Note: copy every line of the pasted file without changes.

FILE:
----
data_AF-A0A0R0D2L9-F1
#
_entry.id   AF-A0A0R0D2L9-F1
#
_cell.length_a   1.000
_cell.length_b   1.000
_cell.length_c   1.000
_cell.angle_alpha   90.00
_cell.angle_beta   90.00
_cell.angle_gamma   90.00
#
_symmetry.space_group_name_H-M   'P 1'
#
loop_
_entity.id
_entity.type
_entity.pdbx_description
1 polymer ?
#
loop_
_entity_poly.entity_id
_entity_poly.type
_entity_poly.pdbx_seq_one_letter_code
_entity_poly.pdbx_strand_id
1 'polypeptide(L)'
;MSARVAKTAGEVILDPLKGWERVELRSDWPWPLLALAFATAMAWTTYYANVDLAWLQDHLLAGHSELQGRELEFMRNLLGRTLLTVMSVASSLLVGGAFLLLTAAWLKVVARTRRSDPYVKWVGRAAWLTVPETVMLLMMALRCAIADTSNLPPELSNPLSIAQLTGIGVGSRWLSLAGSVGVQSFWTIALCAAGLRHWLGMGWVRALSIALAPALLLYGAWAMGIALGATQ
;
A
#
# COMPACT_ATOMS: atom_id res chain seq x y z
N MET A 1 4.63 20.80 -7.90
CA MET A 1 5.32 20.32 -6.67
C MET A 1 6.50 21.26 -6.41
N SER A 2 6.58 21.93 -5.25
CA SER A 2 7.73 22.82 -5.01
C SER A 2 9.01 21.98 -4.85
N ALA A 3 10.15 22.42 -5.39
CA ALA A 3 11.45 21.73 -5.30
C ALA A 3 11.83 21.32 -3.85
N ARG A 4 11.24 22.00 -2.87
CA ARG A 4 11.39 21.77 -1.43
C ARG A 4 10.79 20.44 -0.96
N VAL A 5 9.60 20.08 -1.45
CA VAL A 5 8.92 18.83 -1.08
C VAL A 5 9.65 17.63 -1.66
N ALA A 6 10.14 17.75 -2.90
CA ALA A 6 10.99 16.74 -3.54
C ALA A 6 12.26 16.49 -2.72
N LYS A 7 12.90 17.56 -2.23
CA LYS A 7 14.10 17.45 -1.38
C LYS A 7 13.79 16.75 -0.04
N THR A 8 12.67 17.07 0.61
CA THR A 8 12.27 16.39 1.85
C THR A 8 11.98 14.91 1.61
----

data_AF-A0A0R0D2L9-F1
#
_entry.id   AF-A0A0R0D2L9-F1
#
_cell.length_a   1.000
_cell.length_b   1.000
_cell.length_c   1.000
_cell.angle_alpha   90.00
_cell.angle_beta   90.00
_cell.angle_gamma   90.00
#
_symmetry.space_group_name_H-M   'P 1'
#
loop_
_entity.id
_entity.type
_entity.pdbx_description
1 polymer ?
#
loop_
_entity_poly.entity_id
_entity_poly.type
_entity_poly.pdbx_seq_one_letter_code
_entity_poly.pdbx_strand_id
1 'polypeptide(L)'
;MSARVAKTAGEVILDPLKGWERVELRSDWPWPLLALAFATAMAWTTYYANVDLAWLQDHLLAGHSELQGRELEFMRNLLGRTLLTVMSVASSLLVGGAFLLLTAAWLKVVARTRRSDPYVKWVGRAAWLTVPETVMLLMMALRCAIADTSNLPPELSNPLSIAQLTGIGVGSRWLSLAGSVGVQSFWTIALCAAGLRHWLGMGWVRALSIALAPALLLYGAWAMGIALGATQ
;
A
#
# COMPACT_ATOMS: atom_id res chain seq x y z
N MET A 1 4.63 20.80 -7.90
CA MET A 1 5.32 20.32 -6.67
C MET A 1 6.50 21.26 -6.41
N SER A 2 6.58 21.93 -5.25
CA SER A 2 7.73 22.82 -5.01
C SER A 2 9.01 21.98 -4.85
N ALA A 3 10.15 22.42 -5.39
CA ALA A 3 11.45 21.73 -5.30
C ALA A 3 11.83 21.32 -3.85
N ARG A 4 11.24 22.00 -2.87
CA ARG A 4 11.39 21.77 -1.43
C ARG A 4 10.79 20.44 -0.96
N VAL A 5 9.60 20.08 -1.45
CA VAL A 5 8.92 18.83 -1.08
C VAL A 5 9.65 17.63 -1.66
N ALA A 6 10.14 17.75 -2.90
CA ALA A 6 10.99 16.74 -3.54
C ALA A 6 12.26 16.49 -2.72
N LYS A 7 12.90 17.56 -2.23
CA LYS A 7 14.10 17.45 -1.38
C LYS A 7 13.79 16.75 -0.04
N THR A 8 12.67 17.07 0.61
CA THR A 8 12.27 16.39 1.85
C THR A 8 11.98 14.91 1.61